A common misconception is that wounds should be air dried and a scab allowed to form. Recent studies now confirm that keeping wounds moist and covered with dressings not only reduces pain and the risk of infection but also results in faster healing times when compared to dry wound healing.’ ….busting a myth from my recent blog in SCAR FREE || TREATMENT OPTIONS FOR SCAR MINIMISATION EXPLAINED!

 15.  If your skin care products are packaged in a pot,,inhibit bacteria growth by using a spatula rather than fingers when applying to your face!

 Here’s one of my helpful tips from an older blog post – apply sunscreen 20-30 minutes before you go into the sun and then again 15-30 mins after sun exposure begins – this is the key to protection! Titanium and zinc based sunscreens offer immediate protection.

If you’ve developed an appetite for #SkinTipTuesday come join me on Instagram every Tuesday, I’d love to see you!

Susan x







SKIN DIARY OF A DERMAL CLINICIAN – what a skin professional uses on her own skin !

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This month I’m getting down, dirty and a little bit personal, opening my bathroom cabinet with a peek inside my personal skin care toolbox, with a little too revealing of my no fuss, no muss approach to skin care.

As a Dermal Clinician and skin health professional I’m sharing my daily skin care diary with a glimpse into what a skin health professional does (or rather doesn’t do) to keep her skin healthy and looking it’s best… may be surprised!

You won’t see a bathroom cabinet heaving with products. I maintain a simple skincare philosophy; combining ingredients that deliver results, backed up by scientific evidence. My message of Keeping Skincare Simple is what works best for my skin.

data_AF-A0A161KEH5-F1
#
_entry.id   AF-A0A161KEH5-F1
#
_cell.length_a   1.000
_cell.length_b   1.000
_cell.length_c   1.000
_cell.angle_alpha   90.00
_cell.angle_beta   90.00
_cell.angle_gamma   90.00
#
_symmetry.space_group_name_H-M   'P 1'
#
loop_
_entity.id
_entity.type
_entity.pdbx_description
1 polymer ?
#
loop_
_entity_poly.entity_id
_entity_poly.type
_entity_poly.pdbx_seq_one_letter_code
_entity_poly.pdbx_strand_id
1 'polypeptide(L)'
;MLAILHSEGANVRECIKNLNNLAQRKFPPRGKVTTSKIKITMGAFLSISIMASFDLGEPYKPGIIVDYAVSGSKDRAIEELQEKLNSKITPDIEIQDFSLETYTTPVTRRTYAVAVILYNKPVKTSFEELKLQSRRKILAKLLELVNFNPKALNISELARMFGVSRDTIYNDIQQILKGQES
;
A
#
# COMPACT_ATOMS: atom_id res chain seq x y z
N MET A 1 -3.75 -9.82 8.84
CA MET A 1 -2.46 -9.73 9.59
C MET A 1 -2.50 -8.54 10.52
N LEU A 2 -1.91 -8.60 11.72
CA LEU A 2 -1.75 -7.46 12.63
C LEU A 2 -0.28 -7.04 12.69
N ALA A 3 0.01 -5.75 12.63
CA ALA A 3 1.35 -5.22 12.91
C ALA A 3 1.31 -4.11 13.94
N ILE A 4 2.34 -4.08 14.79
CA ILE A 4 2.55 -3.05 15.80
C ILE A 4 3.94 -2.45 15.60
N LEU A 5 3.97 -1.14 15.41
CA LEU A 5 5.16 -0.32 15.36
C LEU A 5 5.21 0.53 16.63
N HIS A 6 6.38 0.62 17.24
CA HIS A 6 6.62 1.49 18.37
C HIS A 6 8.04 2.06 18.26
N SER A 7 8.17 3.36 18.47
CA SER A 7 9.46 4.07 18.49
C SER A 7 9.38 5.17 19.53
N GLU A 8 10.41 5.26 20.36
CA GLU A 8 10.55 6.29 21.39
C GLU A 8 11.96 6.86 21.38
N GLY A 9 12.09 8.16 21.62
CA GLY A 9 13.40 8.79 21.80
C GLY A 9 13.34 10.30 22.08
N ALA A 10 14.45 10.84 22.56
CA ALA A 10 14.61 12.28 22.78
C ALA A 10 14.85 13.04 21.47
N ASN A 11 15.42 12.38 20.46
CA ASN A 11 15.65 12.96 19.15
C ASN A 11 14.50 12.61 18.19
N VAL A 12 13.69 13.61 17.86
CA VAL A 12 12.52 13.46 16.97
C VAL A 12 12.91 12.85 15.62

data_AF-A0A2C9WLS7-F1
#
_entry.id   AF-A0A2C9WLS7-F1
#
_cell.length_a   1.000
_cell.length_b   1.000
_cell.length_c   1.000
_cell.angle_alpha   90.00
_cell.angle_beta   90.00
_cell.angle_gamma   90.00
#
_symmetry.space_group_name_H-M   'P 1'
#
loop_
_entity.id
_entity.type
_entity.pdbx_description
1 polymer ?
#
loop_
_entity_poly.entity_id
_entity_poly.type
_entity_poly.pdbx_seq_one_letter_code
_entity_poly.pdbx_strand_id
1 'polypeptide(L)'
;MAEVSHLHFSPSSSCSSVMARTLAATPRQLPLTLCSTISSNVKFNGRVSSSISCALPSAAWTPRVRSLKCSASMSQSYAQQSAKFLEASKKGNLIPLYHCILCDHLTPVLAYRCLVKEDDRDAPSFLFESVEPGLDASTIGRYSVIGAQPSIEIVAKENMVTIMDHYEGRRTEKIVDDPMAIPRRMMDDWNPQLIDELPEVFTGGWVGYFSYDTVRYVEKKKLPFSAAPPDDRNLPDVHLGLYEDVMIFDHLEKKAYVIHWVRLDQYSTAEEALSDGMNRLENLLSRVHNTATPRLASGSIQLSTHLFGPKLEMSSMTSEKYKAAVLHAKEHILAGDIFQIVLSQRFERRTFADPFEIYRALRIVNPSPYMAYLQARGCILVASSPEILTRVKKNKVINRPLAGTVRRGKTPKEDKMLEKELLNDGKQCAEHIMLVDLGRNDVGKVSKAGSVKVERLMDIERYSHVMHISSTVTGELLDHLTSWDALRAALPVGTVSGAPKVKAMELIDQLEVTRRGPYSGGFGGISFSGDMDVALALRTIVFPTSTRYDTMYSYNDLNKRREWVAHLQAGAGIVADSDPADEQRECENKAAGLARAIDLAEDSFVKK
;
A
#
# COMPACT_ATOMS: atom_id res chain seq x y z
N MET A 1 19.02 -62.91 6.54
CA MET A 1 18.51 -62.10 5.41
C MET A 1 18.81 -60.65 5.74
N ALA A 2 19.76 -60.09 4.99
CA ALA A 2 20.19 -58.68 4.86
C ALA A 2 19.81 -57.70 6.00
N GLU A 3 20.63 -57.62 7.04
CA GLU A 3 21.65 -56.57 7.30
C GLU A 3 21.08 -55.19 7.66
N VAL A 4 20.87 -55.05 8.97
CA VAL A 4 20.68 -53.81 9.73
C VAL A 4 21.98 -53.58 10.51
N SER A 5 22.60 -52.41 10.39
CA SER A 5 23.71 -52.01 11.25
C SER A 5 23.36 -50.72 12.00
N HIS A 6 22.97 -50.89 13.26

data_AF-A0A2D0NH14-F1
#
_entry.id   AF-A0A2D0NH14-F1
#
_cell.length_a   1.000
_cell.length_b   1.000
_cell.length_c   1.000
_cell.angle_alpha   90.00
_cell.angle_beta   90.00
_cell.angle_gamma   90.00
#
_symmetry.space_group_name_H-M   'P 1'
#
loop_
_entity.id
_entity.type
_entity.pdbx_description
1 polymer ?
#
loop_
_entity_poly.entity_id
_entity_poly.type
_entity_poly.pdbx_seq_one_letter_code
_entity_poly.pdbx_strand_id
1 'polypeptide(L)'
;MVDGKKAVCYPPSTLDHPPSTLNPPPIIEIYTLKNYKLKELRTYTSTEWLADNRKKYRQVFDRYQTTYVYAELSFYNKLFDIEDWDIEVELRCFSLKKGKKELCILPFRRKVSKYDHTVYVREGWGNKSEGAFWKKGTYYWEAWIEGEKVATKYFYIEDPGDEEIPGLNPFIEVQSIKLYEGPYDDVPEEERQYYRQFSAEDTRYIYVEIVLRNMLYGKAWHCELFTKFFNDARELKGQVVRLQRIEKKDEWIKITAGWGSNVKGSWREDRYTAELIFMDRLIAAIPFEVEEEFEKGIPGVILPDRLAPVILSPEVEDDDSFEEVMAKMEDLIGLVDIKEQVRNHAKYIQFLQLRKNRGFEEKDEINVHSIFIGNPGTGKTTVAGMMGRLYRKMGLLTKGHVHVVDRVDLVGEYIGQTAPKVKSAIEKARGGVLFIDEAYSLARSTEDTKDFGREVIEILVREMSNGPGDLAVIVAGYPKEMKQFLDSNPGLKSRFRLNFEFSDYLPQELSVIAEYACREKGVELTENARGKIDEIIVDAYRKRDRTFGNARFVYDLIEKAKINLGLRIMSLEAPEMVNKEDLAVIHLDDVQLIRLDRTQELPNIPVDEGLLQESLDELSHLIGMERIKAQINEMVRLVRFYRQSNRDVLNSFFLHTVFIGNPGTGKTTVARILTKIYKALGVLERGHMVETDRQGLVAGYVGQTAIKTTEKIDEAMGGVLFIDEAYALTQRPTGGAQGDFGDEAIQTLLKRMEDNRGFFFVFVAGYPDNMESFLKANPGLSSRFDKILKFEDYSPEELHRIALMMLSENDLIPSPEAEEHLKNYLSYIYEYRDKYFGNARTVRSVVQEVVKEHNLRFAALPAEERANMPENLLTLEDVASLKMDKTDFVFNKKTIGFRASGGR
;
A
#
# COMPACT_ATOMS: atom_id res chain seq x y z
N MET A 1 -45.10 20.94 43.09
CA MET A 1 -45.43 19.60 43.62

Acknowledged or otherwise,  being on the front line of skincare/skinhealth means there are pressures to maintain and present a happy, healthy skin…. after all,  you wouldn’t go to a dentist with bad teeth would you?

My minimalistic streamlined approach to skincare was born from lack of time with a splash of laziness – no Robinson Crusoe here – so what little I do do for my skin needs to be both effective and time efficient and able to treat the visible signs of ageing, of which there are a plenty….I’ll get to that!

You would expect and assume, with my background in skin sciences I’d have this ‘skin thing’ all sown up, with the perfect formula for radiant, glowing and youthful skin at my fingertips. As they say, ‘careful, assuming makes an ASS out of U and Me’ and it not  surprisingly, I don’t always have the perfect skin 100% of the time. Yes, being a Dermal Clinician means I have the skills and resources in my skin care arsenal to know what works and what doesn’t when treating my own skin, but there are times when my skin doesn’t always play nice!